Most importantly, perhaps, is that it allows you to serve different content to users based on their browser, IP address, date and time,  and numerous other characteristics. These are tools that help make your site more creative, more useful and more accessible.

JavaScript helps you increase interaction with your visitors even more. Advertising, cookies, security: these are all closely related to the use of JavaScript. Furthermore, this language allows you to add behavior to your web site, so it is capable of responding to actions by your visitors without needing to load a new web page every time the visitor makes a request. A site accessible on multiple platforms with a pleasant navigation experience makes users more likely to click on your website and return to it, and in the end that is what you’re really interested in, regardless of your ranking.

6 Must-Have Technical SEO Skills an SEO Professional Should Have

Photo credit https://www.flickr.com/photos/dullhunk/3215402826/

6. Server Side Configuration (Optional but Great Skill)

Server-side refers to the server that runs the site. So a visitor’s request doesn’t get executed on their computer, but on the computer they requested the page from. The main advantage in using server-side scripts is the ability to highly customize the response based on the user’s requirements, access rights, or queries into data stores. You can use server-side scripts to enable automatic redirects from certain pages, or optimize MySQL so your database information can be accessed easily and quickly.

Server side configuration is really helpful in the diagnosis of different problems (like Google bot crawling), gives you a better understanding of your site’s security, helps you track the broken pages, and even fix “log in” problems your user might encounter.


There’s a lot you can do in terms of SEO without getting too technical. But there’s so much more you can do with some technical knowledge. If you have a car, is indispensable to know how to drive but a really good driver  knows all  the intricacies of his vehicle. You need to understand and even know how to write a bit of code. Get familiar with the engine (or, in your case, the server), the transmission (programming languages) and even the small nuts and bolts that keep it all together. In the long run, it will pay off. You will get more mileage, better speed, and you will attract more visits.

Embrace the technical side: it is what will allow you to get truly creative.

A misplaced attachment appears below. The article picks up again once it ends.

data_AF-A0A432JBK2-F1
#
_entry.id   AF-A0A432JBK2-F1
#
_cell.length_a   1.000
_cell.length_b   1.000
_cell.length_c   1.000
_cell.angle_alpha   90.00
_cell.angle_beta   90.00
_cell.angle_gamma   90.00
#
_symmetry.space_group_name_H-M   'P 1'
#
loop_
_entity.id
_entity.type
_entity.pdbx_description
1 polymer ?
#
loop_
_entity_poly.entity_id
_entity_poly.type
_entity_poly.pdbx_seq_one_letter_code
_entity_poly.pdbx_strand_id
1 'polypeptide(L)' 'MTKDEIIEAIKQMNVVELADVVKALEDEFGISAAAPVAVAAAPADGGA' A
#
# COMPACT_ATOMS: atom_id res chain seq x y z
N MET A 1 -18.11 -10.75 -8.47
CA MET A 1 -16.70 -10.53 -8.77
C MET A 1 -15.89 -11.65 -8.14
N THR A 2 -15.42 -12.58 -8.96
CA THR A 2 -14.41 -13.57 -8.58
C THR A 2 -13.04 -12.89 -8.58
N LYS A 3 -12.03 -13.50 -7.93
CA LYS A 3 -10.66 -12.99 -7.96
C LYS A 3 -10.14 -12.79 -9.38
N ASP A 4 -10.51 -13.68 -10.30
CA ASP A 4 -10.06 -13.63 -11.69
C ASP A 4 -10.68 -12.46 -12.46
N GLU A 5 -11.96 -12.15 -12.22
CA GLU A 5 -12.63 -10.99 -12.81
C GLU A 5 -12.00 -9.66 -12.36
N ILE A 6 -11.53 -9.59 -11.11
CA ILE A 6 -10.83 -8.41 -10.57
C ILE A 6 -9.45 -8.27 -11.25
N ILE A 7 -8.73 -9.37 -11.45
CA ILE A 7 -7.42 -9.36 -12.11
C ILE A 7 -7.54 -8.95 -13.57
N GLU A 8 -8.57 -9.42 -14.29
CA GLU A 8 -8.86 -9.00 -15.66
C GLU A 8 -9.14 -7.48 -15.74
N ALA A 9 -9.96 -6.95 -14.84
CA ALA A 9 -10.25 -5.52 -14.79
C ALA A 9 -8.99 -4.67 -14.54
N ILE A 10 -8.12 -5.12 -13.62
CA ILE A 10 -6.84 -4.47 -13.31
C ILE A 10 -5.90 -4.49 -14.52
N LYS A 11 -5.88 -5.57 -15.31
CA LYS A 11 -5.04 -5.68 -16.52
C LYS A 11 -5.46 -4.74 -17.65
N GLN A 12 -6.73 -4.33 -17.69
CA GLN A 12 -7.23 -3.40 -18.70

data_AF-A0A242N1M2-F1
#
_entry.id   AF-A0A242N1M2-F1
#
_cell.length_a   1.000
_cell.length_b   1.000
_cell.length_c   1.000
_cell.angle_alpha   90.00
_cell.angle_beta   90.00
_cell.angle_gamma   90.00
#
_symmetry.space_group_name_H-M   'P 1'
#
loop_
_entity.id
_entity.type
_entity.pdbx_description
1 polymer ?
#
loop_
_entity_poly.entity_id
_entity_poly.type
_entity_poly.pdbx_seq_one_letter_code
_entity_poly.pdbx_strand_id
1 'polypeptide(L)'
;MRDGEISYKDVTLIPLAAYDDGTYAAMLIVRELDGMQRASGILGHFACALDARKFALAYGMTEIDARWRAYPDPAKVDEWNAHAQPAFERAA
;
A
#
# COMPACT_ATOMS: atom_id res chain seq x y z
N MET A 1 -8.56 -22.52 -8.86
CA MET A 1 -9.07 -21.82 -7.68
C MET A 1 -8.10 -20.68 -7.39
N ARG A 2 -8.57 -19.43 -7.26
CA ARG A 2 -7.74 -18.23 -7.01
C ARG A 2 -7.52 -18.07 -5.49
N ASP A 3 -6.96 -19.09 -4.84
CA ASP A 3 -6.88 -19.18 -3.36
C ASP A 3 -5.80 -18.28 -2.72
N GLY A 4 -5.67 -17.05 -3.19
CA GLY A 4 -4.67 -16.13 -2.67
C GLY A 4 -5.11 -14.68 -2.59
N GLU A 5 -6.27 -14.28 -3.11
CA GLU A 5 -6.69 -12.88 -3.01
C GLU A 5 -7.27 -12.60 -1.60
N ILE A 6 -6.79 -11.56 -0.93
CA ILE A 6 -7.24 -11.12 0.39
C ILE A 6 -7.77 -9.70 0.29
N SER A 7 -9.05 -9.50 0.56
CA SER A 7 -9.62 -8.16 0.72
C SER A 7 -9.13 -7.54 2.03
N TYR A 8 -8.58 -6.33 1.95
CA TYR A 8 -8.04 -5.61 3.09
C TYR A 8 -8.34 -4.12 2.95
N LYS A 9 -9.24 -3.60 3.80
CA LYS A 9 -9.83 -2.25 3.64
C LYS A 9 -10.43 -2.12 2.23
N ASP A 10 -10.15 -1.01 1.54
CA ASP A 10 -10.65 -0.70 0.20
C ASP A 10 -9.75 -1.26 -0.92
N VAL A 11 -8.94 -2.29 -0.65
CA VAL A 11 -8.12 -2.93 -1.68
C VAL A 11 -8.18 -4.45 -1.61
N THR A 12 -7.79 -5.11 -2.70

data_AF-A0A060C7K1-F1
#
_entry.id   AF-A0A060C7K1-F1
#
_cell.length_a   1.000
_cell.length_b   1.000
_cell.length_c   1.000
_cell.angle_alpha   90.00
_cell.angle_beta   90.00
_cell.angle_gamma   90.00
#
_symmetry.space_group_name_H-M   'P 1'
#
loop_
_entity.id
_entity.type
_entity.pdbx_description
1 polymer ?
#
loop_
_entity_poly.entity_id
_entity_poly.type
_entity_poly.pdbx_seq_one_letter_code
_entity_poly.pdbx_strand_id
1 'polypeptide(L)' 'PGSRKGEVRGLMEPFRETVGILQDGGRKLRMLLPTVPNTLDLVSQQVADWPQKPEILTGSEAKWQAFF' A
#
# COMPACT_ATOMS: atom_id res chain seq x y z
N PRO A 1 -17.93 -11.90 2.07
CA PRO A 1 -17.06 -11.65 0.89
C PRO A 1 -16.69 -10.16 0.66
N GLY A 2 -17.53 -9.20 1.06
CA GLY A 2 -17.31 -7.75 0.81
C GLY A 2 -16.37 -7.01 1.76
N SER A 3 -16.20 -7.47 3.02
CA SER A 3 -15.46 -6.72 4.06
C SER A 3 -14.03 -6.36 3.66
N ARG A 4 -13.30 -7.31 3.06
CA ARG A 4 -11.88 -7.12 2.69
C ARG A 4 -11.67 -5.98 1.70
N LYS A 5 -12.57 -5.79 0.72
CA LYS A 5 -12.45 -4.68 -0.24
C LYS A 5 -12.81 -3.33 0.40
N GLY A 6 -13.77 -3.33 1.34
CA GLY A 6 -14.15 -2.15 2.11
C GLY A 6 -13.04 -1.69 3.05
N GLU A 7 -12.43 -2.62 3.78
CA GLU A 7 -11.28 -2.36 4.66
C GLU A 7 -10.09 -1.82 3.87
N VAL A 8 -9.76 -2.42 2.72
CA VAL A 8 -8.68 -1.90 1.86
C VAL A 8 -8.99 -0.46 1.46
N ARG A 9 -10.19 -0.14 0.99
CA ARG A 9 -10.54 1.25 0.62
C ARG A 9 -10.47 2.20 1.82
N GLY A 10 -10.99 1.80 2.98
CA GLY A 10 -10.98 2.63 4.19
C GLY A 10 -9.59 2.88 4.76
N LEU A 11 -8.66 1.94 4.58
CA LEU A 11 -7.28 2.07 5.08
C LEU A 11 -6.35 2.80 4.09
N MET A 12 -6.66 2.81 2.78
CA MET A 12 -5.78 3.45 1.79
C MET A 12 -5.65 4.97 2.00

What other SEO skills you think we should add to the list?


Featured image credit: https://www.flickr.com/photos/silvery/4409868088/lightbox/

Razvan Gavrilas
Razvan is the Founder and Chief Architect of cognitiveSEO, an SEO Toolset focused on in-depth analysis of ranking signals. His passion for search engine marketing led him to create his own SEO Toolset, trying to solve the issues that he is facing in the search engine optimization field.
Razvan Gavrilas
Get the latest news from Search Engine Journal!
We value your privacy! See our policy here.
  • DP

    Great way to set oneself apart fro the button-pushing, link builder model.

  • Herman Gentry

    Sorry, but an analytical mind is not a “skill.” Hate to be the cognitive psychologist here, but either your experiences & background shape your mind to be analytical or they don’t. That process starts at a young age and not something you can just turn on as an adult.

    • http://cognitiveSEO.com Razvan Gavrilas

      citing from Richards J. Heuer : “Thinking analytically is a skill like carpentry or driving a car. It can be taught, it can be learned, and it can improve with practice. But like many other skills, such as riding a bike, it is not learned by sitting in a classroom and being told how to do it. Analysts learn by doing.”

      I do think that this can be “educated”.

  • http://omnicoreagency.com/ Salman Aslam

    Graphic design skills are important too as they can increase the perceived quality of the content and website. Check out Canva Blog (http://blog.canva.com/) They pop up the minimalistic design with quality images.

    • http://cognitiveSEO.com Razvan Gavrilas

      sure they are. graphic design skills are a must. slipped my mind when writing the article but I focused more on more technical skills.

  • http://digitalvani.com/ Arun Kumar